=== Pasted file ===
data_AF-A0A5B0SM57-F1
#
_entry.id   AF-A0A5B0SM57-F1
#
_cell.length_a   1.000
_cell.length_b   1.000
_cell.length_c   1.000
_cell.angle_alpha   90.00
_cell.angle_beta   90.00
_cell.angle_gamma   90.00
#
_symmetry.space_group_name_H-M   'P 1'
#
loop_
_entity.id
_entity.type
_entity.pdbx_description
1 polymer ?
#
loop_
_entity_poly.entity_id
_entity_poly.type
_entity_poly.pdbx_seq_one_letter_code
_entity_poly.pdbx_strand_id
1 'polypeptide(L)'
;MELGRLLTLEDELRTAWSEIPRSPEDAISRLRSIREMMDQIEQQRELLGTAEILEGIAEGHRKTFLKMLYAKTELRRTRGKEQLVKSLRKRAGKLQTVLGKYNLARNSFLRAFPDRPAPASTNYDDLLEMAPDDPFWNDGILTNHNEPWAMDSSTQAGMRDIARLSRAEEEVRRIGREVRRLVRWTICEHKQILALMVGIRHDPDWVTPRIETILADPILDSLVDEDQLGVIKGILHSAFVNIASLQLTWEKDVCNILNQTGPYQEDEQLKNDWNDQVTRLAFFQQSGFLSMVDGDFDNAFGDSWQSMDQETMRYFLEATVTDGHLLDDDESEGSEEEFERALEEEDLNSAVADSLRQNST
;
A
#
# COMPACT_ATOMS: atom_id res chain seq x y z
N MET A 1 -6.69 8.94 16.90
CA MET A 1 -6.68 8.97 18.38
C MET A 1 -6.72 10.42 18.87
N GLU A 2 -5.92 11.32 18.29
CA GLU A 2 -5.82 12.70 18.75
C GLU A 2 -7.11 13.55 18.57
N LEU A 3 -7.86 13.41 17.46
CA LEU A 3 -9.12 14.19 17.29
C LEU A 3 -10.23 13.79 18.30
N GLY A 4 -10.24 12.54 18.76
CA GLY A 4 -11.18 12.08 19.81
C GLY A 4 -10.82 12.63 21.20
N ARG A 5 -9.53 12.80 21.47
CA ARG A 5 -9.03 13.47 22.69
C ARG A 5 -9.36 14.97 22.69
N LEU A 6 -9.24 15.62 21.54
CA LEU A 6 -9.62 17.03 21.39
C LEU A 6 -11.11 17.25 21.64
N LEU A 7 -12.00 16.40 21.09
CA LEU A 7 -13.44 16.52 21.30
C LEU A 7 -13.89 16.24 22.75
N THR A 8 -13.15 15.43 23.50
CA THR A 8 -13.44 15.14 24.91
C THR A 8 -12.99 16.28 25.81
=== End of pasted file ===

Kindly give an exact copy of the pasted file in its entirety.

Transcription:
data_AF-A0A5B0SM57-F1
#
_entry.id   AF-A0A5B0SM57-F1
#
_cell.length_a   1.000
_cell.length_b   1.000
_cell.length_c   1.000
_cell.angle_alpha   90.00
_cell.angle_beta   90.00
_cell.angle_gamma   90.00
#
_symmetry.space_group_name_H-M   'P 1'
#
loop_
_entity.id
_entity.type
_entity.pdbx_description
1 polymer ?
#
loop_
_entity_poly.entity_id
_entity_poly.type
_entity_poly.pdbx_seq_one_letter_code
_entity_poly.pdbx_strand_id
1 'polypeptide(L)'
;MELGRLLTLEDELRTAWSEIPRSPEDAISRLRSIREMMDQIEQQRELLGTAEILEGIAEGHRKTFLKMLYAKTELRRTRGKEQLVKSLRKRAGKLQTVLGKYNLARNSFLRAFPDRPAPASTNYDDLLEMAPDDPFWNDGILTNHNEPWAMDSSTQAGMRDIARLSRAEEEVRRIGREVRRLVRWTICEHKQILALMVGIRHDPDWVTPRIETILADPILDSLVDEDQLGVIKGILHSAFVNIASLQLTWEKDVCNILNQTGPYQEDEQLKNDWNDQVTRLAFFQQSGFLSMVDGDFDNAFGDSWQSMDQETMRYFLEATVTDGHLLDDDESEGSEEEFERALEEEDLNSAVADSLRQNST
;
A
#
# COMPACT_ATOMS: atom_id res chain seq x y z
N MET A 1 -6.69 8.94 16.90
CA MET A 1 -6.68 8.97 18.38
C MET A 1 -6.72 10.42 18.87
N GLU A 2 -5.92 11.32 18.29
CA GLU A 2 -5.82 12.70 18.75
C GLU A 2 -7.11 13.55 18.57
N LEU A 3 -7.86 13.41 17.46
CA LEU A 3 -9.12 14.19 17.29
C LEU A 3 -10.23 13.79 18.30
N GLY A 4 -10.24 12.54 18.76
CA GLY A 4 -11.18 12.08 19.81
C GLY A 4 -10.82 12.63 21.20
N ARG A 5 -9.53 12.80 21.47
CA ARG A 5 -9.03 13.47 22.69
C ARG A 5 -9.36 14.97 22.69
N LEU A 6 -9.24 15.62 21.54
CA LEU A 6 -9.62 17.03 21.39
C LEU A 6 -11.11 17.25 21.64
N LEU A 7 -12.00 16.40 21.09
CA LEU A 7 -13.44 16.52 21.30
C LEU A 7 -13.89 16.24 22.75
N THR A 8 -13.15 15.43 23.50
CA THR A 8 -13.44 15.14 24.91
C THR A 8 -12.99 16.28 25.81